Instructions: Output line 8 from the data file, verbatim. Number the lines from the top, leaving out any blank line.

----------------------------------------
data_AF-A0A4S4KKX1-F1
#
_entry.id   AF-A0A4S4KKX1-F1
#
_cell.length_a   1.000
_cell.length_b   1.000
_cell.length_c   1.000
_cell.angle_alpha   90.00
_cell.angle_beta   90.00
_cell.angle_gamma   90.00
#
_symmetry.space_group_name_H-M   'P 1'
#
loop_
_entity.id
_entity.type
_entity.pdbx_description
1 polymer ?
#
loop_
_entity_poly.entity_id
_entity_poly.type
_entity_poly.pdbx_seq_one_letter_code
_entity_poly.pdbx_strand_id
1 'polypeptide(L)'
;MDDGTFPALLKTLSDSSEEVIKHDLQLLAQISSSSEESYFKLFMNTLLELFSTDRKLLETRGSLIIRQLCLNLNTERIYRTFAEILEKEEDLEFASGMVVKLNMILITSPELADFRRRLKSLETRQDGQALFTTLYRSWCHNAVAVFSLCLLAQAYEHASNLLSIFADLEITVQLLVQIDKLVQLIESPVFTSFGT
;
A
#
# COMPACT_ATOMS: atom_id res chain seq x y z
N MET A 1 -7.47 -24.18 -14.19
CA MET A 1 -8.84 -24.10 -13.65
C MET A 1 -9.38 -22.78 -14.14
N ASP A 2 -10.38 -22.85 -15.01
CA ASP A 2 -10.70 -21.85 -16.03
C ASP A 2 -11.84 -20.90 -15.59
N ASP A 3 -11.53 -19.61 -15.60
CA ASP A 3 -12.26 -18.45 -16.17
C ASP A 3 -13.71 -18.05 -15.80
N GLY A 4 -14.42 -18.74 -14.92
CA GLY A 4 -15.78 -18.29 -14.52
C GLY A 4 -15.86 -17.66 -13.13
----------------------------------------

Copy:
_cell.angle_alpha   90.00